[Fwd: Looking at Postgres 8.2]

From: Lukas Kahwe Smith
Subject: [Fwd: Looking at Postgres 8.2]
Date: ,
Msg-id: edq7cf$2jia$1@news.hub.org
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Responses: Re: [Fwd: Looking at Postgres 8.2]  (Josh Berkus)
List: pgsql-advocacy

Sounds like some good quotes from Unisys?

-------- Original Message --------
Subject: Looking at Postgres 8.2
Date: Thu, 7 Sep 2006 07:59:47 -0700
From:  ("Strong, David")
Organization: Hub.Org Networking Services
Newsgroups: pgsql.hackers
References: <>

As part of our ongoing research into Postgres performance and
scalability, we recently downloaded version 8.2 from CVS and we wanted
to pass on some observations.

When comparing 8.2 against 8.1.4, we see that there is roughly a 20%
increase in throughput. We credit most of this improvement to the
modifications made to the way in which the BufMappingLock and
LockMgrLock locks are now handled. Locking sections (partitions) of the
Shared Buffer and Locking hash tables certainly seems to pay off.

We had also come to the same conclusion and added similar code into a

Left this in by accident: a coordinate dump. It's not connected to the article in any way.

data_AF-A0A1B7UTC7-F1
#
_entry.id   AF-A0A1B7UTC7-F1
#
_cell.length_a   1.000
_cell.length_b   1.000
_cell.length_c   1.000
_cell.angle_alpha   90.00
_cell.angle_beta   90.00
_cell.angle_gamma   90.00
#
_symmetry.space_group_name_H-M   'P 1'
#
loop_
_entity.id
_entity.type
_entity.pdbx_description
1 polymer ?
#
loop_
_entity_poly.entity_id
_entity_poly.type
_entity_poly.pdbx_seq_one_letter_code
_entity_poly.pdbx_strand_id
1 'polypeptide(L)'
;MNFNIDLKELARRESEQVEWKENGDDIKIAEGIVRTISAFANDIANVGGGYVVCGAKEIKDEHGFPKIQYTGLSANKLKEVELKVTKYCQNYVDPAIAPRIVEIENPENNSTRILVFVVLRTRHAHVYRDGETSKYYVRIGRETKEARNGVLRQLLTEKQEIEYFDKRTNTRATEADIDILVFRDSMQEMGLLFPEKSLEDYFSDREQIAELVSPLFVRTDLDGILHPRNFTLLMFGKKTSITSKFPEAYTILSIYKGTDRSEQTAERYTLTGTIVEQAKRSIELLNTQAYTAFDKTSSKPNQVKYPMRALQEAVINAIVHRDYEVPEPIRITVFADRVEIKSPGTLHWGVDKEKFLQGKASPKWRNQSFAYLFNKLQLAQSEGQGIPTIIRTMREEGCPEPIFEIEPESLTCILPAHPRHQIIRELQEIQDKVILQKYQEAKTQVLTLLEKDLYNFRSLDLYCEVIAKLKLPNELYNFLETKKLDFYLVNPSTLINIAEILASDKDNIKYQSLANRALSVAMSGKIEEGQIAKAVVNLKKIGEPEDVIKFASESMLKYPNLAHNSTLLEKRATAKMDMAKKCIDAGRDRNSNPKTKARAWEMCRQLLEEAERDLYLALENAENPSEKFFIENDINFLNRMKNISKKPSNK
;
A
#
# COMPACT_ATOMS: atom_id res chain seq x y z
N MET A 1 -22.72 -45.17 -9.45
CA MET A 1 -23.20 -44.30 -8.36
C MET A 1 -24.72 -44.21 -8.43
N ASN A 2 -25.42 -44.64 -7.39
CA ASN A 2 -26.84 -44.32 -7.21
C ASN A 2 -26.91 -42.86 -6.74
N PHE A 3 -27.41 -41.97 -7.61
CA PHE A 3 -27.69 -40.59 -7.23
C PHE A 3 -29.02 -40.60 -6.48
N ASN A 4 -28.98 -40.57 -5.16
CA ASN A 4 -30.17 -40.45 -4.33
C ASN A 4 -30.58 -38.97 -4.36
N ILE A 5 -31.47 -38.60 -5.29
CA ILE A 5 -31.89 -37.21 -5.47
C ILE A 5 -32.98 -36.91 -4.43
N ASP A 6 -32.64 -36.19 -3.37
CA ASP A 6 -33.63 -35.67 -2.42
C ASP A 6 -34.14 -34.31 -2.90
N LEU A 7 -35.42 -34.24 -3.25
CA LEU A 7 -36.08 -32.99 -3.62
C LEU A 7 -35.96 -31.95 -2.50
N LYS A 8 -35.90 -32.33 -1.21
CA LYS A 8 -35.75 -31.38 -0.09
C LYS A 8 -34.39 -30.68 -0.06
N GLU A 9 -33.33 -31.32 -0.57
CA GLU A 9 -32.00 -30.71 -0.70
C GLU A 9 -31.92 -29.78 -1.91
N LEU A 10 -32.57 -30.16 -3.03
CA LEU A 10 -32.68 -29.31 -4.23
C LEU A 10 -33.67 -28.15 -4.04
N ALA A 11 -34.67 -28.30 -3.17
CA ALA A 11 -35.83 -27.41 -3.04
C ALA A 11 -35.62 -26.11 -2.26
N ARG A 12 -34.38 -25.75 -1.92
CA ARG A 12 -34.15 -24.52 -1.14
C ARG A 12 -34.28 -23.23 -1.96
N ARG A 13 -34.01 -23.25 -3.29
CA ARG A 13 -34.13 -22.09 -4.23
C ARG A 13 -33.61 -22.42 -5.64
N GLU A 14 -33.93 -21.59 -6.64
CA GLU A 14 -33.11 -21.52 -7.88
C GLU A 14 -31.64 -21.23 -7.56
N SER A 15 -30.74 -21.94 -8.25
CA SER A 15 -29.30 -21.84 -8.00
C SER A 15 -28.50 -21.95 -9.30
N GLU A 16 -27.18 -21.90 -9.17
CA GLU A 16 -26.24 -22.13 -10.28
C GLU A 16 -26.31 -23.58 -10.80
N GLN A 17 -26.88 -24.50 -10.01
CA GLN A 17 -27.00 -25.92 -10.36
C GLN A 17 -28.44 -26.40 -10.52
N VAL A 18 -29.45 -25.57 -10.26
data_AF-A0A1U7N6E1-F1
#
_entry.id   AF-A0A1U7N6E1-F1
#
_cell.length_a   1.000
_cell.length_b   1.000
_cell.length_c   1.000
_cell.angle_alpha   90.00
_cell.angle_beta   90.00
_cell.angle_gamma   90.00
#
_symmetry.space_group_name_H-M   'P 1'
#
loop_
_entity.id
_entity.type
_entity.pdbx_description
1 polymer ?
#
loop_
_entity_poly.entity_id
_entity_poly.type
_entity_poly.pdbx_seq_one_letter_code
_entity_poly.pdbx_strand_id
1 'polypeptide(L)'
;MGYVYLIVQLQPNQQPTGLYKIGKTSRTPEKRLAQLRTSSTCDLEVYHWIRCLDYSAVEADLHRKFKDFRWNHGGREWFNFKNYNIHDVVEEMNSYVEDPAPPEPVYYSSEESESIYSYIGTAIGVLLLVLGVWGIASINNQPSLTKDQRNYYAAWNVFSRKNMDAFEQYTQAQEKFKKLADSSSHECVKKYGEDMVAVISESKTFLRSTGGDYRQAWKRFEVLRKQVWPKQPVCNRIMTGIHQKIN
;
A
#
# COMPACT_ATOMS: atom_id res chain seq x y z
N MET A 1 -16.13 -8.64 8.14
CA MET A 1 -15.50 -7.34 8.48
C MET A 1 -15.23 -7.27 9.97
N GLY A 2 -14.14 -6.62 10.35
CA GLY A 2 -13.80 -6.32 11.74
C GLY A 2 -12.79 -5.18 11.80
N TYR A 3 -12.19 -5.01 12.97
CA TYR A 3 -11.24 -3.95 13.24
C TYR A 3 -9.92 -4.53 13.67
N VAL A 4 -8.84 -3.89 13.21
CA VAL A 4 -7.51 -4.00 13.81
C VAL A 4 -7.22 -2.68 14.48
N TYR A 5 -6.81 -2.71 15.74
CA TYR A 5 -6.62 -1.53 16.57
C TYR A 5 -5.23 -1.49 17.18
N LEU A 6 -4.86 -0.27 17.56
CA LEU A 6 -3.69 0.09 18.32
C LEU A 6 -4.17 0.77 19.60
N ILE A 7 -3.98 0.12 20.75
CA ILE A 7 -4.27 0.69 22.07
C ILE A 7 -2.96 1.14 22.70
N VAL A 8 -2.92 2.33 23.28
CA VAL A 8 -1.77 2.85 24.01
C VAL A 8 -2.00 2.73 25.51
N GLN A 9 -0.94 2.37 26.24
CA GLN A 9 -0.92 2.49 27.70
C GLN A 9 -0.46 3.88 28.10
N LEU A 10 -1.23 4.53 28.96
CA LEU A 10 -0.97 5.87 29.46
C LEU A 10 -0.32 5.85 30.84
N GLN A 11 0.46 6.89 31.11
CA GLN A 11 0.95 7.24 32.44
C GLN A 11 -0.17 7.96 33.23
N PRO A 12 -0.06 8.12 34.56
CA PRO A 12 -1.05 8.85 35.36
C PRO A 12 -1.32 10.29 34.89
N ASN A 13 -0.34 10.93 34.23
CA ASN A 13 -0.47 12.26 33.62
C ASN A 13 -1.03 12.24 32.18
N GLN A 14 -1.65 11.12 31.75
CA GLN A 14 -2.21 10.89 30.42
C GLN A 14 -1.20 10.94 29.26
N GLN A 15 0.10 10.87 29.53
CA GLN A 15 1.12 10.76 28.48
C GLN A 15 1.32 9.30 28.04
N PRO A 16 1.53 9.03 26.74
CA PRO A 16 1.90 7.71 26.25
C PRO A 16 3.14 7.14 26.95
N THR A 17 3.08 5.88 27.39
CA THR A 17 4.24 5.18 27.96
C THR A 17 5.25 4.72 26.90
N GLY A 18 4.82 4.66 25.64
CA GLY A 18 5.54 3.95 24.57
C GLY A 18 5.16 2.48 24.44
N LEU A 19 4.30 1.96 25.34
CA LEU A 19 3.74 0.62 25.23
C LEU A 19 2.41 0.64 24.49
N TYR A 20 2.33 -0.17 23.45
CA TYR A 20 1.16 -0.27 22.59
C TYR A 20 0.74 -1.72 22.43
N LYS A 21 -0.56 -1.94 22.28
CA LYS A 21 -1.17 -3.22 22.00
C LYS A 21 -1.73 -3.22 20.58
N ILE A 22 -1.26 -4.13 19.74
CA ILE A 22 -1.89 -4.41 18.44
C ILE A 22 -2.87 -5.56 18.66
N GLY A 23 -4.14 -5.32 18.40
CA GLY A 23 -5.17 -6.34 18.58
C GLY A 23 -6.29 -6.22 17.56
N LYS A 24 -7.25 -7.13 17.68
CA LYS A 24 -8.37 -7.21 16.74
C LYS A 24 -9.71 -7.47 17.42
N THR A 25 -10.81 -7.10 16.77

local copy of 8.1.4. Although, we used SpinLocks rather than LWLocks to
lock sections of the hash table and we used an LWLock to lock the hash
table for critical operations.

Against 8.1.4, we saw that LWLockAcquire was taking the majority of the
run time, so we added some monitoring code to track the amount of time
spent to acquire and release each lock. The BufMappingLock and
LockMgrLock were, of course, on the top of that list.

We moved some of our 8.1.4 lock monitoring code over to 8.2 to analyze
the lock distribution for the partitions. In doing so, we noted that
WALInsertLock had now become a bottleneck, absorbing most of the time
freed up by the BufMappingLock and LockMgrLock changes.

We took a bold move and made XLogInsert a NOP. The next lock to rise to
the top of the list was SInvalLock. However, the time increase in
SInvalLock did not seem as much as in WALInsertLock. Although we have
not taken steps to do so, we assume that removing SInvalLock may reveal
the next lock that might impede scalability.

Outside of LWLockAcquire (~10%), the next functions that really seem to
take most of the time are HeapTupleSatisfiesSnapshot (~21%) and
PinBuffer (~14%). We're currently profiling and monitoring those
functions.

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From: Josh Berkus
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